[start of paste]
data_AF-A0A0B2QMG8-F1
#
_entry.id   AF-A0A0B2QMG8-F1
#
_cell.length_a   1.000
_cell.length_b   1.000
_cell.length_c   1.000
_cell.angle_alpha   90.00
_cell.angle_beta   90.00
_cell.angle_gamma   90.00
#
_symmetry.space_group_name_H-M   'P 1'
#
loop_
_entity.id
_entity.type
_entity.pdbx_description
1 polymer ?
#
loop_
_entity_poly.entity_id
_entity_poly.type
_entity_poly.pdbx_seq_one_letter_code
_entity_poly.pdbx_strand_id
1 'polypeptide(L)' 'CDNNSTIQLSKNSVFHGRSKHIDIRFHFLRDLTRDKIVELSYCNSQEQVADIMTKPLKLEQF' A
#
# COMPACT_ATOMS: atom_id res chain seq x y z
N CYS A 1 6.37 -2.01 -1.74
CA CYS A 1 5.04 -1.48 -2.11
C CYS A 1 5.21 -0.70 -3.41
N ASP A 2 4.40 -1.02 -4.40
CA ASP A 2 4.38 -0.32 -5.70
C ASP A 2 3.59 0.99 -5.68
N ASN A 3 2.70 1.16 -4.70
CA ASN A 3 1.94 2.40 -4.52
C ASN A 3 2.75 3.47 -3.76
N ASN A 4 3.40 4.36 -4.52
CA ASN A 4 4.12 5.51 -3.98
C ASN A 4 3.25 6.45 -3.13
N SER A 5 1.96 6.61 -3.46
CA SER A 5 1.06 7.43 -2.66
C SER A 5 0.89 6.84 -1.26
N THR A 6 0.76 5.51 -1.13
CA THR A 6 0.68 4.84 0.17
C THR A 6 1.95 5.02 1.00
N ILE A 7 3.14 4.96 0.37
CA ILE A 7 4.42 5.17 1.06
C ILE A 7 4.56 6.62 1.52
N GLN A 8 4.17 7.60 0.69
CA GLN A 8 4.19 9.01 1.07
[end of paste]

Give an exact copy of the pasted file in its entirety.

data_AF-A0A0B2QMG8-F1
#
_entry.id   AF-A0A0B2QMG8-F1
#
_cell.length_a   1.000
_cell.length_b   1.000
_cell.length_c   1.000
_cell.angle_alpha   90.00
_cell.angle_beta   90.00
_cell.angle_gamma   90.00
#
_symmetry.space_group_name_H-M   'P 1'
#
loop_
_entity.id
_entity.type
_entity.pdbx_description
1 polymer ?
#
loop_
_entity_poly.entity_id
_entity_poly.type
_entity_poly.pdbx_seq_one_letter_code
_entity_poly.pdbx_strand_id
1 'polypeptide(L)' 'CDNNSTIQLSKNSVFHGRSKHIDIRFHFLRDLTRDKIVELSYCNSQEQVADIMTKPLKLEQF' A
#
# COMPACT_ATOMS: atom_id res chain seq x y z
N CYS A 1 6.37 -2.01 -1.74
CA CYS A 1 5.04 -1.48 -2.11
C CYS A 1 5.21 -0.70 -3.41
N ASP A 2 4.40 -1.02 -4.40
CA ASP A 2 4.38 -0.32 -5.70
C ASP A 2 3.59 0.99 -5.68
N ASN A 3 2.70 1.16 -4.70
CA ASN A 3 1.94 2.40 -4.52
C ASN A 3 2.75 3.47 -3.76
N ASN A 4 3.40 4.36 -4.52
CA ASN A 4 4.12 5.51 -3.98
C ASN A 4 3.25 6.45 -3.13
N SER A 5 1.96 6.61 -3.46
CA SER A 5 1.06 7.43 -2.66
C SER A 5 0.89 6.84 -1.26
N THR A 6 0.76 5.51 -1.13
CA THR A 6 0.68 4.84 0.17
C THR A 6 1.95 5.02 1.00
N ILE A 7 3.14 4.96 0.37
CA ILE A 7 4.42 5.17 1.06
C ILE A 7 4.56 6.62 1.52
N GLN A 8 4.17 7.60 0.69
CA GLN A 8 4.19 9.01 1.07